If you look at the reviews on Amazon, Barnes & Noble, and Goodreads, you’ll see that lengths vary. I’ve written one-sentence reviews and I’ve posted reviews of 350 words or more. Generally, less is more. Many people have short attention spans.

Once you’re satisfied with your review, it’s easy to cut and paste into Amazon, Barnes & Noble, and Goodreads.

  • Go to the site where you want to place your review.

  • Find the search box.

  • Type the book title and/or author and hit return.

  • When the correct page comes up, scroll down to the box that says, “Write a Customer Review” or “Add a Review.”

  • Click on the box. Amazon asks some questions to guide you. Barnes & Noble doesn’t. You can simply rate the book and paste in your review, because you are prepared.

Often the sites will notify the author when a review is posted. Not always. It’s all controlled by algorithms beyond our control. Here’s what’s within your control:

  • You can write a review.

  • You can read other reviews as samples.

  • You can post a review.

You can practice on the last book you read. Or the one you’re just finishing. The authors will love you for it.

10-16 Announcements

Another way to help authors is to recommend their books to your friends, writing peers, and book groups. Word of mouth is excellent publicity. Paying it forward matters. Right or wrong, the number of reviews you have on Amazon also matters, so the important thing is to write honestly and share your thoughts. They’re just as valuable as anyone else’s. You never know where a review might lead. Doing book reviews is a great way for writers to build community.

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Not sure where to start? Not even reading a book right now? I’d be delighted to have you review my memoir about love, acceptance, and much more. It’s called Never Too Late: From Wannabe to Wife at 62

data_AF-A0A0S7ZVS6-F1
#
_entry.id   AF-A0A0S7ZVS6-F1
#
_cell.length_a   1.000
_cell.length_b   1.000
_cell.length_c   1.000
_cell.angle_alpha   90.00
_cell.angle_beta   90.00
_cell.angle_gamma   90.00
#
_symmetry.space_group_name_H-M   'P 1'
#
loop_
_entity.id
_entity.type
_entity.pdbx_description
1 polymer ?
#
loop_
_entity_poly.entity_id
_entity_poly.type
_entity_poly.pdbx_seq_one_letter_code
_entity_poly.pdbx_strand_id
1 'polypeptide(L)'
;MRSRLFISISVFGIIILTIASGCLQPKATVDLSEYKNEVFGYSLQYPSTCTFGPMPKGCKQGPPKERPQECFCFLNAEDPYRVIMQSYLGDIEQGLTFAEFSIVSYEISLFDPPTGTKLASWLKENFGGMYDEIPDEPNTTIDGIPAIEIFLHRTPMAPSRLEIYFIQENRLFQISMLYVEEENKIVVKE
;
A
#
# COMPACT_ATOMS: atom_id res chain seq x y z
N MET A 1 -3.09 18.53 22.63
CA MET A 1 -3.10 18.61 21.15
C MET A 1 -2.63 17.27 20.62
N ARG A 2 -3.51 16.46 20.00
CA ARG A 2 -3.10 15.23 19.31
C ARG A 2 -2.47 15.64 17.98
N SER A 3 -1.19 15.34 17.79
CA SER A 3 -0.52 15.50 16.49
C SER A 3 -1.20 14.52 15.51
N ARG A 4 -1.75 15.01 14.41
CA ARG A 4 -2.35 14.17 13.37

It’s a quick, easy read, and I’m perfectly happy with either a short or long review, as long as it’s honest. You can post it on Amazon, Barnes & Noble, Goodreads, or all three.

The Gift of Writing Regularly

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The Gift of Writing Regularly

April 25, 2018 | By | Reply

 

Lately, I’ve been thinking a lot about the process of writing. Thinking is great. Doing is better. To encourage you to keep writing, I’d like to share a few excerpts from an interview Carol Smallwood did with me about my new book, Never Too Late: From Wannabe to Wife at 62. The title says it all, but the memoir says it in so much more detail.

When I started making notes for the book, while Richard and I were dating, I was filled with “what ifs.”

  1. What if this wasn’t the real deal?
  2. What if I lost my identity and my money—not that I had an overwhelming amount.
  3. What if I couldn’t live with 62-years of being alone?